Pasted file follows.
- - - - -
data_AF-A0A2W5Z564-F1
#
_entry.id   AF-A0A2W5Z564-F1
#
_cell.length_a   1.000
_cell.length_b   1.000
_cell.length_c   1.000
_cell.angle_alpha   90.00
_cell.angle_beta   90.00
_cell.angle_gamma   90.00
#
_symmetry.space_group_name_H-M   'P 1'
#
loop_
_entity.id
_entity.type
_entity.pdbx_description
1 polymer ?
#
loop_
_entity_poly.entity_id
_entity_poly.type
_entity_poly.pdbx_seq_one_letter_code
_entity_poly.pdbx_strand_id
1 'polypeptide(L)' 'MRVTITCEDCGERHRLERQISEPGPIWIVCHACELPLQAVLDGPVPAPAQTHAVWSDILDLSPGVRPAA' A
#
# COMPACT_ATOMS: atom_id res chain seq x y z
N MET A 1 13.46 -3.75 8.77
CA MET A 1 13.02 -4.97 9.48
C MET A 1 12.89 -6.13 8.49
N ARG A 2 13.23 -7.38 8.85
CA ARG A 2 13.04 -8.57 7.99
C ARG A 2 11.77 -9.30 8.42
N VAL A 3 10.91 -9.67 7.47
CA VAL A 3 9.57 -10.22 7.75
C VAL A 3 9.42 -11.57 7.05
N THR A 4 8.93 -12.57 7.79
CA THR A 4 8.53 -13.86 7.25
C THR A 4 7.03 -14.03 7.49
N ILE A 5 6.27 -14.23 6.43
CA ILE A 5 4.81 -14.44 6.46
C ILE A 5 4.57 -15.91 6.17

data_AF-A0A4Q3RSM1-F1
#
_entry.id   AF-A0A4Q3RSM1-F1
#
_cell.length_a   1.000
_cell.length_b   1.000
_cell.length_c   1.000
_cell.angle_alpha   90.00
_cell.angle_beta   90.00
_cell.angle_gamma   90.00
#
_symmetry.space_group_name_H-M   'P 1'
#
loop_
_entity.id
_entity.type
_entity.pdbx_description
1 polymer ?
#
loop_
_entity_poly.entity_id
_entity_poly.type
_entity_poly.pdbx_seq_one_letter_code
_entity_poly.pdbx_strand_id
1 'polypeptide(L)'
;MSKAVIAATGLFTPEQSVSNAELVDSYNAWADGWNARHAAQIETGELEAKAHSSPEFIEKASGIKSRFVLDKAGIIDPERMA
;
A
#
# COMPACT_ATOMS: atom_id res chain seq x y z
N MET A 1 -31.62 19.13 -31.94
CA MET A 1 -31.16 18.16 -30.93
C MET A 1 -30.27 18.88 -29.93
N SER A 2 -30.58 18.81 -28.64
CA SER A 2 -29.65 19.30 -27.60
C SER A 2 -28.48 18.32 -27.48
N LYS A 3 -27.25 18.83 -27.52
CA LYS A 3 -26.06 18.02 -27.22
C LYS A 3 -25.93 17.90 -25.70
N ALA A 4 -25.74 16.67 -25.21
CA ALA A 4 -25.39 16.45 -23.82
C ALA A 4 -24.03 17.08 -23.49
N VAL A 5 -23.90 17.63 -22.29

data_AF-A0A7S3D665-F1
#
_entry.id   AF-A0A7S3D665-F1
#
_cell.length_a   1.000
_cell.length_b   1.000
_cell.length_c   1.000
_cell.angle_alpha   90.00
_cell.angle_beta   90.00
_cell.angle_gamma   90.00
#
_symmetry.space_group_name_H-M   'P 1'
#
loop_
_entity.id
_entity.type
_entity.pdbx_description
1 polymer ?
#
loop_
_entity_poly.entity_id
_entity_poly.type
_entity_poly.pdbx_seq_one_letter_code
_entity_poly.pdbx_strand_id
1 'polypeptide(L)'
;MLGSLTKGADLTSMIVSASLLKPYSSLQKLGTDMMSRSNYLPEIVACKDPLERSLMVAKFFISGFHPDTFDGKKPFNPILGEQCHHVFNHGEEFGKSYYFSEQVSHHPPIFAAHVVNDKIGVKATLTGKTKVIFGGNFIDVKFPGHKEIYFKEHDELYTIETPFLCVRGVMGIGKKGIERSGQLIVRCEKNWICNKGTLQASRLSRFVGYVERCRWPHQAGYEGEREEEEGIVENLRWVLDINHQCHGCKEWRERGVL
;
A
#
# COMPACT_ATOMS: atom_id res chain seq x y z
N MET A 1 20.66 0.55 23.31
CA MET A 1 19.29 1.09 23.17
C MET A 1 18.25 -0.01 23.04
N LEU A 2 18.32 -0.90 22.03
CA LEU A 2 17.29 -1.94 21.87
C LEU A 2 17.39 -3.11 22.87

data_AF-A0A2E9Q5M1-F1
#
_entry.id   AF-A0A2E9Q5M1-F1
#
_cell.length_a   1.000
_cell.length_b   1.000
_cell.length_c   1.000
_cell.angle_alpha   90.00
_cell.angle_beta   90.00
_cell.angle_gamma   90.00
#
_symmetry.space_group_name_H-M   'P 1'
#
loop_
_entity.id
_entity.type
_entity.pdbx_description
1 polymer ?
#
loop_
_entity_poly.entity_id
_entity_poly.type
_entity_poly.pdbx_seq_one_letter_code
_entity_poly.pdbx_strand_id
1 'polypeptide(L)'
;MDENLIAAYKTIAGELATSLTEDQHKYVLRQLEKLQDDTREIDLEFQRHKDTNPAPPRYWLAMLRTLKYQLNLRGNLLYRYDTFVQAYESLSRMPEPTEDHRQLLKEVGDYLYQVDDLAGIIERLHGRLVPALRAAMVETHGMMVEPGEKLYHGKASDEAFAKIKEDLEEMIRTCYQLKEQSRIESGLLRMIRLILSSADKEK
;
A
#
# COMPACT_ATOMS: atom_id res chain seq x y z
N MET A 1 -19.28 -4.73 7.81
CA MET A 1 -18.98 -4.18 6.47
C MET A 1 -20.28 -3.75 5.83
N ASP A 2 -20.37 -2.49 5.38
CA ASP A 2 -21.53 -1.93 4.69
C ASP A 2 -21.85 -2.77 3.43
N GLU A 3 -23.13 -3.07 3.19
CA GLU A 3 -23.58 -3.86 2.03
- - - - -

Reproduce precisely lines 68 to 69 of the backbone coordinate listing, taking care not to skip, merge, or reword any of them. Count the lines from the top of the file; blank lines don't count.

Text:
;MSKAVIAATGLFTPEQSVSNAELVDSYNAWADGWNARHAAQIETGELEAKAHSSPEFIEKASGIKSRFVLDKAGIIDPERMA
;